Raquel Lebrero et al., Odor abatement in biotrickling filters: Effect of the EBRT on methyl mercaptan and hydrophobic VOCs removal, Bioresource Technology, Special Issue: Innovative Researches on Algal Biomass, vol. 109, Apr. 2012, pp. 38-45.
Singh, et al., "Ultrasound mediated Green Synthesis of Hexa-hydro Triazines," J. Mater. Environ. Sci. 2 (4) (2011) 403-406.
Stafford, et al., "A buckling-based metrology for measuring; the elastic moduli of polymeric thin films," Nature Materials-3-Aug. 2004, 545-550;Published online: Jul. 11, 2004.
Sung Ho Kim et al., Hydrogen bonding-enhanced micelle assemblies for drug delivery, Biomaterials, 2010, pp. 1-9.
T. Okita, Filter method for the determination of trace quantities of amines, mercaptans, and organic sulphides in the atmosphere, Atmospheric Environment (1967), vol. 4, Issue 1, Jan. 1970, pp. 93-102.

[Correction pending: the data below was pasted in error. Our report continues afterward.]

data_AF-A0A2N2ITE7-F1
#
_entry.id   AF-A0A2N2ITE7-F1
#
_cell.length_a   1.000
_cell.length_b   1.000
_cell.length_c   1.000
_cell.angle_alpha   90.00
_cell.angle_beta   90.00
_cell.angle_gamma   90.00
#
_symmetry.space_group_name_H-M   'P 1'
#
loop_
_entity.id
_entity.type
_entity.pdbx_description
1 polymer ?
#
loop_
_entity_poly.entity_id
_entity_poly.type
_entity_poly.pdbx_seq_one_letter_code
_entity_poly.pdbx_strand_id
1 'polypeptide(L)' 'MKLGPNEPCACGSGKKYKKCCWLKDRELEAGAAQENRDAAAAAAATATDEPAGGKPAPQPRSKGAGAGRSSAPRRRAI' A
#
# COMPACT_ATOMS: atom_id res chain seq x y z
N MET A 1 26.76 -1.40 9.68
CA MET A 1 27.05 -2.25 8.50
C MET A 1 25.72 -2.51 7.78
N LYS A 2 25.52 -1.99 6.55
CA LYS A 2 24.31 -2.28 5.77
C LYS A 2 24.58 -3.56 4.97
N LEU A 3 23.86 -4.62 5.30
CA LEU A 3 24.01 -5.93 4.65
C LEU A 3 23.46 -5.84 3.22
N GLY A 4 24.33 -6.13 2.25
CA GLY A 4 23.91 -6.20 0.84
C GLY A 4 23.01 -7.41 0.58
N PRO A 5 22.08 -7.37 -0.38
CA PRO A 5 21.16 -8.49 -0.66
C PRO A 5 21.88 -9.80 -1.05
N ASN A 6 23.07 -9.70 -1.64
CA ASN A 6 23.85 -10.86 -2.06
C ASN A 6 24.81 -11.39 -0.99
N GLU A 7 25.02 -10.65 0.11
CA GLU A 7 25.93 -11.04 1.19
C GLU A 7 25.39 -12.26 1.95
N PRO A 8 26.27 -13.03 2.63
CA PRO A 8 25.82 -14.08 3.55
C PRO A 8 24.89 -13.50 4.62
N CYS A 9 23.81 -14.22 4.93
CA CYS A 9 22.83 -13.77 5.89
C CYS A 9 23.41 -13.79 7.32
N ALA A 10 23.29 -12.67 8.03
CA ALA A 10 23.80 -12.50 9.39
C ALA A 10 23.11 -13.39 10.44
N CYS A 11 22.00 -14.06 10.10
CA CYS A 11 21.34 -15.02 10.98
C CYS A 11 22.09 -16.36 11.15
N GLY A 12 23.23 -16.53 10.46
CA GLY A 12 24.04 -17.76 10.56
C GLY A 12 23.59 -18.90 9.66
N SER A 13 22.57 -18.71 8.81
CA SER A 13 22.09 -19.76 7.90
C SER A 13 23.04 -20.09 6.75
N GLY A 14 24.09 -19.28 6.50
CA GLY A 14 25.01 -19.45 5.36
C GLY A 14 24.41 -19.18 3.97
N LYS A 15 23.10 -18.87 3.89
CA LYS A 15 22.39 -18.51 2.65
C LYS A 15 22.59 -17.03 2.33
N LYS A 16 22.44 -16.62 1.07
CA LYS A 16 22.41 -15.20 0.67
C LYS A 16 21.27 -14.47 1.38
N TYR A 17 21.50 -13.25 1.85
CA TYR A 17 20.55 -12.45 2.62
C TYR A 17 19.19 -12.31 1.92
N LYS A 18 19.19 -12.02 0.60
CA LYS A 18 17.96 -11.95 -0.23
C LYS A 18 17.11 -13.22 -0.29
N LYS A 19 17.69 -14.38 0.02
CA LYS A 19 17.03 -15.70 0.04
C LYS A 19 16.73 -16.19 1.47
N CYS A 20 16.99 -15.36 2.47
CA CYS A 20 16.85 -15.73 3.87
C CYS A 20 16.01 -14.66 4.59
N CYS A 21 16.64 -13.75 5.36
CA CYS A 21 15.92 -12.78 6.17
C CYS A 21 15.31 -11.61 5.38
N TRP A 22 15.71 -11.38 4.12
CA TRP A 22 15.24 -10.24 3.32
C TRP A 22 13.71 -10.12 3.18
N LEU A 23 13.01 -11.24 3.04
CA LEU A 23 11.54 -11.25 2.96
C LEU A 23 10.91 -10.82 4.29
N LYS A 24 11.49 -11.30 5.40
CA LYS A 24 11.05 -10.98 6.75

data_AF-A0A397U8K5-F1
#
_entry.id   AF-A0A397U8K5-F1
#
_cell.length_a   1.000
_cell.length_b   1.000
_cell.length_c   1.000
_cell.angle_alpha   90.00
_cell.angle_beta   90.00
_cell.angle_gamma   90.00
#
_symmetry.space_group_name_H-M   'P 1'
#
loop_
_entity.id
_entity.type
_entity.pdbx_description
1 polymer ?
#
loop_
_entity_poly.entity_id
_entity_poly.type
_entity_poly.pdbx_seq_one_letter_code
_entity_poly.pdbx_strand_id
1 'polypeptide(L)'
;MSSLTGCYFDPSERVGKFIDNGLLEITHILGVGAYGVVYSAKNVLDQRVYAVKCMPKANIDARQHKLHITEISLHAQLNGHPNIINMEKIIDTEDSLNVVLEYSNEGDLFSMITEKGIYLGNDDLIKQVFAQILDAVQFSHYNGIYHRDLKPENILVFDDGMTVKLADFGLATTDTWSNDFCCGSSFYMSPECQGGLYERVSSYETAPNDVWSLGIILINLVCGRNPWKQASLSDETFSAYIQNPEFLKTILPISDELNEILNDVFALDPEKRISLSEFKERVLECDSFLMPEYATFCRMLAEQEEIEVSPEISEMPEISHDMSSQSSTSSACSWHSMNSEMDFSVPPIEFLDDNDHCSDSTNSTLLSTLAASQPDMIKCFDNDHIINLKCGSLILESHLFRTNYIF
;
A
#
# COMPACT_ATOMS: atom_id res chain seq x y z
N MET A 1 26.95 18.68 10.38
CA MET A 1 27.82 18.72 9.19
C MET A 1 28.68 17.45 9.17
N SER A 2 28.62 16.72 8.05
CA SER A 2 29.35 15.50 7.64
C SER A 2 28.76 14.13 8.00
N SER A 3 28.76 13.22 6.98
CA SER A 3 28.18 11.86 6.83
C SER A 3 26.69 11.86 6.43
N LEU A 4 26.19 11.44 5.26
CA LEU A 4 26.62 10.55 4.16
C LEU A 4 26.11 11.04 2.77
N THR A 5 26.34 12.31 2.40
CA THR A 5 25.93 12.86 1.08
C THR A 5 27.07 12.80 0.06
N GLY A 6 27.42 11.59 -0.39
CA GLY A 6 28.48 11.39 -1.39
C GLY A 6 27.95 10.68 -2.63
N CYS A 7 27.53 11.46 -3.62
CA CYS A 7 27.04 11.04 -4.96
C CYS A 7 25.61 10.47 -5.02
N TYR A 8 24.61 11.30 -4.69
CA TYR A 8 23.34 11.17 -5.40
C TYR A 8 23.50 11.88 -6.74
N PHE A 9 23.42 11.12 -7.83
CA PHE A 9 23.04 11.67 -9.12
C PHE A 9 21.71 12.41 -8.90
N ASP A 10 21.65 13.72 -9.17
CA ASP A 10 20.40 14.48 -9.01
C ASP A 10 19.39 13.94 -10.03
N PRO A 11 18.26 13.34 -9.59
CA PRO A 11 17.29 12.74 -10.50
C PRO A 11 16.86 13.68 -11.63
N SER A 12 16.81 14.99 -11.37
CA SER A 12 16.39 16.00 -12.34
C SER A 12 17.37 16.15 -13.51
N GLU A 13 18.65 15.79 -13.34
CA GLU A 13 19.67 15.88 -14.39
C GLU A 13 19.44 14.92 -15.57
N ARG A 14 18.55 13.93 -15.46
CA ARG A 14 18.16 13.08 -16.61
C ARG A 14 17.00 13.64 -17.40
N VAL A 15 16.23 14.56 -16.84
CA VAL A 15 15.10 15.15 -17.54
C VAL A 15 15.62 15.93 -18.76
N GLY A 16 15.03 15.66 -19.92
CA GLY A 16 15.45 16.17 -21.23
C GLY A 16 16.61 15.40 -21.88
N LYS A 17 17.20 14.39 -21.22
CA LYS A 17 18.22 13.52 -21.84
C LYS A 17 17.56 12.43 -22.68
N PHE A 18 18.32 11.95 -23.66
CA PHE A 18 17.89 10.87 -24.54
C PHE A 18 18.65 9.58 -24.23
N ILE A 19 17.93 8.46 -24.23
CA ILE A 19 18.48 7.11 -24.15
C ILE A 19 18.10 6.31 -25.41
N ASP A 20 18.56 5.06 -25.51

Victor W.L. Ng, et al., "Antimicrobial hydrogels: A new weapon in the arsenal against multidrug-resistant infections,"Advanced Drug Delivery Reviews; vol. 78, Nov. 30, 2014, pp. 46-62.
Wang Yulan et al., Synthesis and Properties of Poly-1, 3, 5-Triazines, Polymer Communications, No. 2, 1984, pp. 117-123.

Cited By (4)

* Cited by examiner, † Cited by third party
Publication number Priority date Publication date Assignee Title
US10015970B2 (en) 2014-06-19 2018-07-10 International Business Machines Corporation Antimicrobial PHT coatings
US20160053052A1 (en) * 2014-08-22 2016-02-25 International Business Machines Corporation Synthesis of dynamic covalent 3d constructs
US9676891B2 (en) * 2014-08-22 2017-06-13 International Business Machines Corporation Synthesis of dynamic covalent 3D constructs
US9809673B2 (en) 2014-08-22 2017-11-07 International Business Machines Corporation Synthesis of dynamic covalent 3D constructs